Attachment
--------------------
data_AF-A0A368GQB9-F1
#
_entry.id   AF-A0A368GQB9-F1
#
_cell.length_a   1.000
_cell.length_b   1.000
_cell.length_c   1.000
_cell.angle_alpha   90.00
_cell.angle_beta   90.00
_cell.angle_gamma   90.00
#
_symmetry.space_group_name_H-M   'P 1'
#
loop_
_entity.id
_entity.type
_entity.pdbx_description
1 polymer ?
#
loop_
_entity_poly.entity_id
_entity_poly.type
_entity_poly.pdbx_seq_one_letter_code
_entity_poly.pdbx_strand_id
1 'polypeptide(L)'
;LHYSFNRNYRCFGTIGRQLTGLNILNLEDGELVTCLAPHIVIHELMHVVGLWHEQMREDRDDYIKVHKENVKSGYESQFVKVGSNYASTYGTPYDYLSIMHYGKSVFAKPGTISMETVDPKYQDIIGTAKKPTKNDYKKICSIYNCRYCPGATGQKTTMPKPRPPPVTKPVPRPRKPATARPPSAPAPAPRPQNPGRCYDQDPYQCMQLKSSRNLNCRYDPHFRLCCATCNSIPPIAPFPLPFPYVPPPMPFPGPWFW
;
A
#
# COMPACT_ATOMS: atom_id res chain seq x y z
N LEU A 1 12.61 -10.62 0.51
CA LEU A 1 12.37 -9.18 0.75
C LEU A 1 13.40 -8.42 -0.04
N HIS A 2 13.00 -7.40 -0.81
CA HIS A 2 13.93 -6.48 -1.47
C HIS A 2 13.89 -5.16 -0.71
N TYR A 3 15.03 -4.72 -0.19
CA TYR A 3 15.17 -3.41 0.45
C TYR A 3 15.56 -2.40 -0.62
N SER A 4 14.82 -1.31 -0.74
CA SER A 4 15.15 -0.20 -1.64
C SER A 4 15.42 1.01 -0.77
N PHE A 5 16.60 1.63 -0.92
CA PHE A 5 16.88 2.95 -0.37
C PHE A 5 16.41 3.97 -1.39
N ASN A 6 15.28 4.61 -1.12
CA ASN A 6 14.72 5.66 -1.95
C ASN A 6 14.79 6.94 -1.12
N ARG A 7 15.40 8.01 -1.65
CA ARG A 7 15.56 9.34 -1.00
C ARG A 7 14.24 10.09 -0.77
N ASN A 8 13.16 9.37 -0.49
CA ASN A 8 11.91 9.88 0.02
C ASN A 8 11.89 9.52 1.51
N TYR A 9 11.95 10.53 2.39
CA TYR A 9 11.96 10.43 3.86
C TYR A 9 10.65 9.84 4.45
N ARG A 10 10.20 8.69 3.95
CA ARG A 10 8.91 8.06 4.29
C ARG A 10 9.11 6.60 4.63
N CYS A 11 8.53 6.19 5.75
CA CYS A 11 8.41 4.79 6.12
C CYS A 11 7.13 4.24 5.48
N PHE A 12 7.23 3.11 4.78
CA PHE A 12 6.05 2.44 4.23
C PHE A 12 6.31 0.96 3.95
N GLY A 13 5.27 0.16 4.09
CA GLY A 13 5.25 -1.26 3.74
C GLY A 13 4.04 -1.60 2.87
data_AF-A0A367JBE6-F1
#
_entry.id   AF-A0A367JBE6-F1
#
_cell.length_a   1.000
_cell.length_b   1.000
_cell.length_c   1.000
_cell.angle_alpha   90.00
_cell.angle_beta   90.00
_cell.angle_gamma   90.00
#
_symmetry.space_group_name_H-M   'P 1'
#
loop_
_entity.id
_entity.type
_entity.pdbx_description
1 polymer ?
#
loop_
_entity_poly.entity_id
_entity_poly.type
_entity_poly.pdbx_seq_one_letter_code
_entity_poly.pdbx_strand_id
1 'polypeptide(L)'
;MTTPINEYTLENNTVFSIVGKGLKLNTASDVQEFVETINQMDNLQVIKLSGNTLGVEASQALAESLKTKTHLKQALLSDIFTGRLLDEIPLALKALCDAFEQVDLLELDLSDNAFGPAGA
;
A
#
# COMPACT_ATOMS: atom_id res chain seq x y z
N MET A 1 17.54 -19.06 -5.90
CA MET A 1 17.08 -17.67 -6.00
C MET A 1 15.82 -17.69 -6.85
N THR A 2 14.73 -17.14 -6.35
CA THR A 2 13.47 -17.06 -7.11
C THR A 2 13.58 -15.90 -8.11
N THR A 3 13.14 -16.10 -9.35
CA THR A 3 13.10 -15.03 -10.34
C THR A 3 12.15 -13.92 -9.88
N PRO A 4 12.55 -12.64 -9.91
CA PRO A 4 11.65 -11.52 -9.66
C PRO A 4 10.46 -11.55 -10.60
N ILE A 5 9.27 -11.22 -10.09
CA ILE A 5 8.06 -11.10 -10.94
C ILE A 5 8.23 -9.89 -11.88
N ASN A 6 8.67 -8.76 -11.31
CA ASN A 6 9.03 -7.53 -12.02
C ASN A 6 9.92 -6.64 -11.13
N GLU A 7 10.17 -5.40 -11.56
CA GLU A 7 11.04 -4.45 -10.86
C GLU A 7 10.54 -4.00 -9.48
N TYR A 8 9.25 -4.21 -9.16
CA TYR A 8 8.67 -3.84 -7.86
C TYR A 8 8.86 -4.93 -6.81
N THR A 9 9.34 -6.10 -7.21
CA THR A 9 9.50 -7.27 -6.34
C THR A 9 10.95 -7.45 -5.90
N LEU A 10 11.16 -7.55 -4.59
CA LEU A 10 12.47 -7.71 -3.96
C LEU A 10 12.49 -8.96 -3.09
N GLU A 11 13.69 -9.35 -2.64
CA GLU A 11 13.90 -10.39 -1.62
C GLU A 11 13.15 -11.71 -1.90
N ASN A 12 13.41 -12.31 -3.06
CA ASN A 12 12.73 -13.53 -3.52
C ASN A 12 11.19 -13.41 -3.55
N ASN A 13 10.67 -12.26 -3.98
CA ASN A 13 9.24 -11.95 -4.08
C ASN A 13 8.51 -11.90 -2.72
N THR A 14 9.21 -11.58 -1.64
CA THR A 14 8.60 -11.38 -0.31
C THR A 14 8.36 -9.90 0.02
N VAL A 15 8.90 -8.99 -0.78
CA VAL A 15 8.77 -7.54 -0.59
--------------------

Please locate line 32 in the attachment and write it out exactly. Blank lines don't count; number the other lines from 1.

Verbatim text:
CA LEU A 1 12.37 -9.18 0.75